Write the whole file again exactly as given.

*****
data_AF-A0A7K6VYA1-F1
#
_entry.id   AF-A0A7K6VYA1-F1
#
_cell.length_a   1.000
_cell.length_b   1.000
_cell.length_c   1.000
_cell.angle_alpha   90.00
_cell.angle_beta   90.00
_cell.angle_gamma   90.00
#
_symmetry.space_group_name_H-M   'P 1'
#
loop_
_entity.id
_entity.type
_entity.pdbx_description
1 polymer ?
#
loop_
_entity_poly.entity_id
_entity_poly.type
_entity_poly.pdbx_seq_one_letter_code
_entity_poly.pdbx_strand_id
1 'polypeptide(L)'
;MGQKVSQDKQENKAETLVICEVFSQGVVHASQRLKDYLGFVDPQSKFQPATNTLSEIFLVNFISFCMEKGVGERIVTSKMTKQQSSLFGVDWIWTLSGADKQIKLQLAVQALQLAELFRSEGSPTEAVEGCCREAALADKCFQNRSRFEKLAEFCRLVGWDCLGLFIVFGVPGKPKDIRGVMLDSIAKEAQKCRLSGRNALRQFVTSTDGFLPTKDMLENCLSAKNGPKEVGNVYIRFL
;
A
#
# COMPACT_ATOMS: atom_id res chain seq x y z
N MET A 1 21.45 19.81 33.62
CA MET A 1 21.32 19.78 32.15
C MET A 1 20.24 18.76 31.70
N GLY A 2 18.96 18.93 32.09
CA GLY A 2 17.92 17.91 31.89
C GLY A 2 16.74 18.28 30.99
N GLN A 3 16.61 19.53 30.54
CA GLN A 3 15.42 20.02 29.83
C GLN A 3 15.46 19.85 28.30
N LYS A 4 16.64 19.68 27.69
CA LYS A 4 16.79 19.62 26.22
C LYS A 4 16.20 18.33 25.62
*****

data_AF-A0A7K6VYA1-F1
#
_entry.id   AF-A0A7K6VYA1-F1
#
_cell.length_a   1.000
_cell.length_b   1.000
_cell.length_c   1.000
_cell.angle_alpha   90.00
_cell.angle_beta   90.00
_cell.angle_gamma   90.00
#
_symmetry.space_group_name_H-M   'P 1'
#
loop_
_entity.id
_entity.type
_entity.pdbx_description
1 polymer ?
#
loop_
_entity_poly.entity_id
_entity_poly.type
_entity_poly.pdbx_seq_one_letter_code
_entity_poly.pdbx_strand_id
1 'polypeptide(L)'
;MGQKVSQDKQENKAETLVICEVFSQGVVHASQRLKDYLGFVDPQSKFQPATNTLSEIFLVNFISFCMEKGVGERIVTSKMTKQQSSLFGVDWIWTLSGADKQIKLQLAVQALQLAELFRSEGSPTEAVEGCCREAALADKCFQNRSRFEKLAEFCRLVGWDCLGLFIVFGVPGKPKDIRGVMLDSIAKEAQKCRLSGRNALRQFVTSTDGFLPTKDMLENCLSAKNGPKEVGNVYIRFL
;
A
#
# COMPACT_ATOMS: atom_id res chain seq x y z
N MET A 1 21.45 19.81 33.62
CA MET A 1 21.32 19.78 32.15
C MET A 1 20.24 18.76 31.70
N GLY A 2 18.96 18.93 32.09
CA GLY A 2 17.92 17.91 31.89
C GLY A 2 16.74 18.28 30.99
N GLN A 3 16.61 19.53 30.54
CA GLN A 3 15.42 20.02 29.83
C GLN A 3 15.46 19.85 28.30
N LYS A 4 16.64 19.68 27.69
CA LYS A 4 16.79 19.62 26.22
C LYS A 4 16.20 18.33 25.62